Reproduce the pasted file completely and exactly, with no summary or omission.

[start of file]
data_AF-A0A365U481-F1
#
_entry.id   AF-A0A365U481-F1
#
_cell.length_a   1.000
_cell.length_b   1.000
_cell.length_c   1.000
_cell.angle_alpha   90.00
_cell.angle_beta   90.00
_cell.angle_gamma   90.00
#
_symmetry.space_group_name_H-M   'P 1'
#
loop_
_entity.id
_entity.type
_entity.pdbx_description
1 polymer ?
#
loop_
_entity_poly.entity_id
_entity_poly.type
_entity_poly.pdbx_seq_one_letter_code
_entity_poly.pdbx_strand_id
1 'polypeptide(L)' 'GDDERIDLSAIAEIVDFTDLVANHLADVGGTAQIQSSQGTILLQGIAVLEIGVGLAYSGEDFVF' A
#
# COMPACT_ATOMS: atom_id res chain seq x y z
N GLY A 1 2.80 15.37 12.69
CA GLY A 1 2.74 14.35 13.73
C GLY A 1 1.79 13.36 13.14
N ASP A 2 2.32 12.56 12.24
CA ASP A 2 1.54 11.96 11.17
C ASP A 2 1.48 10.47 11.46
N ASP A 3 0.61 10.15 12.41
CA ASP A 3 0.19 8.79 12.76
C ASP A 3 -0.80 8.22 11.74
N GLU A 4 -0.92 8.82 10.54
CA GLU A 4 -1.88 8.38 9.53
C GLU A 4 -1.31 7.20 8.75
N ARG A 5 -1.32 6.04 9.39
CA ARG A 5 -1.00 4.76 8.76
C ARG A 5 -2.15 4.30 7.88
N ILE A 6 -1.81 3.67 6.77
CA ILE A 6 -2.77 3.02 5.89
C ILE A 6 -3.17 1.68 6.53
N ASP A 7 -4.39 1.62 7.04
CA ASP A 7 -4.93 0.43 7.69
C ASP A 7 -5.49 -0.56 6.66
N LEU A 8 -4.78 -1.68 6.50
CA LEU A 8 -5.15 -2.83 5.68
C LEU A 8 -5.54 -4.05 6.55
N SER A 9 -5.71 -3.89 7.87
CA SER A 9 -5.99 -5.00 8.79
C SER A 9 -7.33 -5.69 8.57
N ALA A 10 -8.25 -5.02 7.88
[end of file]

data_AF-A0A365U481-F1
#
_entry.id   AF-A0A365U481-F1
#
_cell.length_a   1.000
_cell.length_b   1.000
_cell.length_c   1.000
_cell.angle_alpha   90.00
_cell.angle_beta   90.00
_cell.angle_gamma   90.00
#
_symmetry.space_group_name_H-M   'P 1'
#
loop_
_entity.id
_entity.type
_entity.pdbx_description
1 polymer ?
#
loop_
_entity_poly.entity_id
_entity_poly.type
_entity_poly.pdbx_seq_one_letter_code
_entity_poly.pdbx_strand_id
1 'polypeptide(L)' 'GDDERIDLSAIAEIVDFTDLVANHLADVGGTAQIQSSQGTILLQGIAVLEIGVGLAYSGEDFVF' A
#
# COMPACT_ATOMS: atom_id res chain seq x y z
N GLY A 1 2.80 15.37 12.69
CA GLY A 1 2.74 14.35 13.73
C GLY A 1 1.79 13.36 13.14
N ASP A 2 2.32 12.56 12.24
CA ASP A 2 1.54 11.96 11.17
C ASP A 2 1.48 10.47 11.46
N ASP A 3 0.61 10.15 12.41
CA ASP A 3 0.19 8.79 12.76
C ASP A 3 -0.80 8.22 11.74
N GLU A 4 -0.92 8.82 10.54
CA GLU A 4 -1.88 8.38 9.53
C GLU A 4 -1.31 7.20 8.75
N ARG A 5 -1.32 6.04 9.39
CA ARG A 5 -1.00 4.76 8.76
C ARG A 5 -2.15 4.30 7.88
N ILE A 6 -1.81 3.67 6.77
CA ILE A 6 -2.77 3.02 5.89
C ILE A 6 -3.17 1.68 6.53
N ASP A 7 -4.39 1.62 7.04
CA ASP A 7 -4.93 0.43 7.69
C ASP A 7 -5.49 -0.56 6.66
N LEU A 8 -4.78 -1.68 6.50
CA LEU A 8 -5.15 -2.83 5.68
C LEU A 8 -5.54 -4.05 6.55
N SER A 9 -5.71 -3.89 7.87
CA SER A 9 -5.99 -5.00 8.79
C SER A 9 -7.33 -5.69 8.57
N ALA A 10 -8.25 -5.02 7.88